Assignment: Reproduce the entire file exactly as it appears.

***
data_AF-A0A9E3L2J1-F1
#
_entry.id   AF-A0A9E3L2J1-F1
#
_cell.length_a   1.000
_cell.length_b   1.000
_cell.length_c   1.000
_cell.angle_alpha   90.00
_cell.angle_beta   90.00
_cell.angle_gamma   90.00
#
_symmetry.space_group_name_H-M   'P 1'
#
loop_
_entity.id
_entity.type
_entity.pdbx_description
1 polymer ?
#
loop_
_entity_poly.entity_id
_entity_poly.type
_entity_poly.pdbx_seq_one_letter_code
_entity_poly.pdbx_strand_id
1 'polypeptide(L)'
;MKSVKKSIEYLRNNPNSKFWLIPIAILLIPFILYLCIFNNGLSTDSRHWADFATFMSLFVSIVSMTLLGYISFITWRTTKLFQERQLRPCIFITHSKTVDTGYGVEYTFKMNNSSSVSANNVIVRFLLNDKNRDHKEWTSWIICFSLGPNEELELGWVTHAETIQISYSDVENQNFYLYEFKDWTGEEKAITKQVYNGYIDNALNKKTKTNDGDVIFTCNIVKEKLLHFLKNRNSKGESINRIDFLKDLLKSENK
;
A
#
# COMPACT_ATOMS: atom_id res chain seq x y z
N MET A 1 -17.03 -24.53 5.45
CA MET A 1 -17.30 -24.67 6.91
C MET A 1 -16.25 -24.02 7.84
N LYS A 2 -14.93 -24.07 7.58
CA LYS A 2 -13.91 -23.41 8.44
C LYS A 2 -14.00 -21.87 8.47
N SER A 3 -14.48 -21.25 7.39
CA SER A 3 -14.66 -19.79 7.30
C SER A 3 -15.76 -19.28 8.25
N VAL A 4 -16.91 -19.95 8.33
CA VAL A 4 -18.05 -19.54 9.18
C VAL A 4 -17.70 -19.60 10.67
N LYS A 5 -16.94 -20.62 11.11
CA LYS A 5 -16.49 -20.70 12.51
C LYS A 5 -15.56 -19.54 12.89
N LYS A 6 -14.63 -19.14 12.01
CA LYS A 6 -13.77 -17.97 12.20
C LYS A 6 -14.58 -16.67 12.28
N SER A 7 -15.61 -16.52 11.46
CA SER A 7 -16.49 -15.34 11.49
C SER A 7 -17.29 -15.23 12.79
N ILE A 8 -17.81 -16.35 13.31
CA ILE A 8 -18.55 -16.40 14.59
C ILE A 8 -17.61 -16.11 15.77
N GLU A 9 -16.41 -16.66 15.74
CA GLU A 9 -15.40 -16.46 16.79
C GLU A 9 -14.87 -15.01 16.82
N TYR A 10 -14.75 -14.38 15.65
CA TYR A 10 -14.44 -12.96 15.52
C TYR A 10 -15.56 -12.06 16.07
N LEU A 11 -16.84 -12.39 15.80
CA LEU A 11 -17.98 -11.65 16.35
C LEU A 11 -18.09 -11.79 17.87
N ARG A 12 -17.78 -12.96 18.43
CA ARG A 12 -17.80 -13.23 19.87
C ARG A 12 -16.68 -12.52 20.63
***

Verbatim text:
data_AF-A0A9E3L2J1-F1
#
_entry.id   AF-A0A9E3L2J1-F1
#
_cell.length_a   1.000
_cell.length_b   1.000
_cell.length_c   1.000
_cell.angle_alpha   90.00
_cell.angle_beta   90.00
_cell.angle_gamma   90.00
#
_symmetry.space_group_name_H-M   'P 1'
#
loop_
_entity.id
_entity.type
_entity.pdbx_description
1 polymer ?
#
loop_
_entity_poly.entity_id
_entity_poly.type
_entity_poly.pdbx_seq_one_letter_code
_entity_poly.pdbx_strand_id
1 'polypeptide(L)'
;MKSVKKSIEYLRNNPNSKFWLIPIAILLIPFILYLCIFNNGLSTDSRHWADFATFMSLFVSIVSMTLLGYISFITWRTTKLFQERQLRPCIFITHSKTVDTGYGVEYTFKMNNSSSVSANNVIVRFLLNDKNRDHKEWTSWIICFSLGPNEELELGWVTHAETIQISYSDVENQNFYLYEFKDWTGEEKAITKQVYNGYIDNALNKKTKTNDGDVIFTCNIVKEKLLHFLKNRNSKGESINRIDFLKDLLKSENK
;
A
#
# COMPACT_ATOMS: atom_id res chain seq x y z
N MET A 1 -17.03 -24.53 5.45
CA MET A 1 -17.30 -24.67 6.91
C MET A 1 -16.25 -24.02 7.84
N LYS A 2 -14.93 -24.07 7.58
CA LYS A 2 -13.91 -23.41 8.44
C LYS A 2 -14.00 -21.87 8.47
N SER A 3 -14.48 -21.25 7.39
CA SER A 3 -14.66 -19.79 7.30
C SER A 3 -15.76 -19.28 8.25
N VAL A 4 -16.91 -19.95 8.33
CA VAL A 4 -18.05 -19.54 9.18
C VAL A 4 -17.70 -19.60 10.67
N LYS A 5 -16.94 -20.62 11.11
CA LYS A 5 -16.49 -20.70 12.51
C LYS A 5 -15.56 -19.54 12.89
N LYS A 6 -14.63 -19.14 12.01
CA LYS A 6 -13.77 -17.97 12.20
C LYS A 6 -14.58 -16.67 12.28
N SER A 7 -15.61 -16.52 11.46
CA SER A 7 -16.49 -15.34 11.49
C SER A 7 -17.29 -15.23 12.79
N ILE A 8 -17.81 -16.35 13.31
CA ILE A 8 -18.55 -16.40 14.59
C ILE A 8 -17.61 -16.11 15.77
N GLU A 9 -16.41 -16.66 15.74
CA GLU A 9 -15.40 -16.46 16.79
C GLU A 9 -14.87 -15.01 16.82
N TYR A 10 -14.75 -14.38 15.65
CA TYR A 10 -14.44 -12.96 15.52
C TYR A 10 -15.56 -12.06 16.07
N LEU A 11 -16.84 -12.39 15.80
CA LEU A 11 -17.98 -11.65 16.35
C LEU A 11 -18.09 -11.79 17.87
N ARG A 12 -17.78 -12.96 18.43
CA ARG A 12 -17.80 -13.23 19.87
C ARG A 12 -16.68 -12.52 20.63